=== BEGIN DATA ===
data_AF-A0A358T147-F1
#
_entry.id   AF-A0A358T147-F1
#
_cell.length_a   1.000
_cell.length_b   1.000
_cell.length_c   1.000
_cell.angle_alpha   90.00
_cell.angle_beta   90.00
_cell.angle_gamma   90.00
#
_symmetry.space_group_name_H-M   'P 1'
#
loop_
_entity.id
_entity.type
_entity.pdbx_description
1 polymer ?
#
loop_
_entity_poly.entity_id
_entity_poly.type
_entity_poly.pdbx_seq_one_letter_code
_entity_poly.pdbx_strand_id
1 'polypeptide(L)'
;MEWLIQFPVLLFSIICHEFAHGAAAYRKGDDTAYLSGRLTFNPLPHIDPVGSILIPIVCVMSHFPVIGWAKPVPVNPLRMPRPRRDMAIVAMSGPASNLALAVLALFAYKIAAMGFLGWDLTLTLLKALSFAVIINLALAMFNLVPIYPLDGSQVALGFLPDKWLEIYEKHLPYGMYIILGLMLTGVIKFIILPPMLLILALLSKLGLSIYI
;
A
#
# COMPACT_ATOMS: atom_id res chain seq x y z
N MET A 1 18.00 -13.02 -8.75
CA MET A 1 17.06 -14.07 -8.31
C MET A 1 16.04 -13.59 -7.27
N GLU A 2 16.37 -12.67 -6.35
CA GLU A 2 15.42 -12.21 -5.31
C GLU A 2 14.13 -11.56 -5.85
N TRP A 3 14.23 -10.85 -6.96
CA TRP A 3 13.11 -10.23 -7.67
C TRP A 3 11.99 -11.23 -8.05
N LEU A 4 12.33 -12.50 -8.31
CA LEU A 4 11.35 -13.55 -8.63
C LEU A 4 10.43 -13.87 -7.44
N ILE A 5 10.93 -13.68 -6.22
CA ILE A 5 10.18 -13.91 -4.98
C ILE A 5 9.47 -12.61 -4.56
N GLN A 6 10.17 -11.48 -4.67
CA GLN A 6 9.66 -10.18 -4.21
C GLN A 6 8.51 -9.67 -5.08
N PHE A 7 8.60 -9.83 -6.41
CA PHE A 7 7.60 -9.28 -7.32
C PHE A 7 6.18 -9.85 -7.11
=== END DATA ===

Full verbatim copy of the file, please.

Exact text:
data_AF-A0A358T147-F1
#
_entry.id   AF-A0A358T147-F1
#
_cell.length_a   1.000
_cell.length_b   1.000
_cell.length_c   1.000
_cell.angle_alpha   90.00
_cell.angle_beta   90.00
_cell.angle_gamma   90.00
#
_symmetry.space_group_name_H-M   'P 1'
#
loop_
_entity.id
_entity.type
_entity.pdbx_description
1 polymer ?
#
loop_
_entity_poly.entity_id
_entity_poly.type
_entity_poly.pdbx_seq_one_letter_code
_entity_poly.pdbx_strand_id
1 'polypeptide(L)'
;MEWLIQFPVLLFSIICHEFAHGAAAYRKGDDTAYLSGRLTFNPLPHIDPVGSILIPIVCVMSHFPVIGWAKPVPVNPLRMPRPRRDMAIVAMSGPASNLALAVLALFAYKIAAMGFLGWDLTLTLLKALSFAVIINLALAMFNLVPIYPLDGSQVALGFLPDKWLEIYEKHLPYGMYIILGLMLTGVIKFIILPPMLLILALLSKLGLSIYI
;
A
#
# COMPACT_ATOMS: atom_id res chain seq x y z
N MET A 1 18.00 -13.02 -8.75
CA MET A 1 17.06 -14.07 -8.31
C MET A 1 16.04 -13.59 -7.27
N GLU A 2 16.37 -12.67 -6.35
CA GLU A 2 15.42 -12.21 -5.31
C GLU A 2 14.13 -11.56 -5.85
N TRP A 3 14.23 -10.85 -6.96
CA TRP A 3 13.11 -10.23 -7.67
C TRP A 3 11.99 -11.23 -8.05
N LEU A 4 12.33 -12.50 -8.31
CA LEU A 4 11.35 -13.55 -8.63
C LEU A 4 10.43 -13.87 -7.44
N ILE A 5 10.93 -13.68 -6.22
CA ILE A 5 10.18 -13.91 -4.98
C ILE A 5 9.47 -12.61 -4.56
N GLN A 6 10.17 -11.48 -4.67
CA GLN A 6 9.66 -10.18 -4.21
C GLN A 6 8.51 -9.67 -5.08
N PHE A 7 8.60 -9.83 -6.41
CA PHE A 7 7.60 -9.28 -7.32
C PHE A 7 6.18 -9.85 -7.11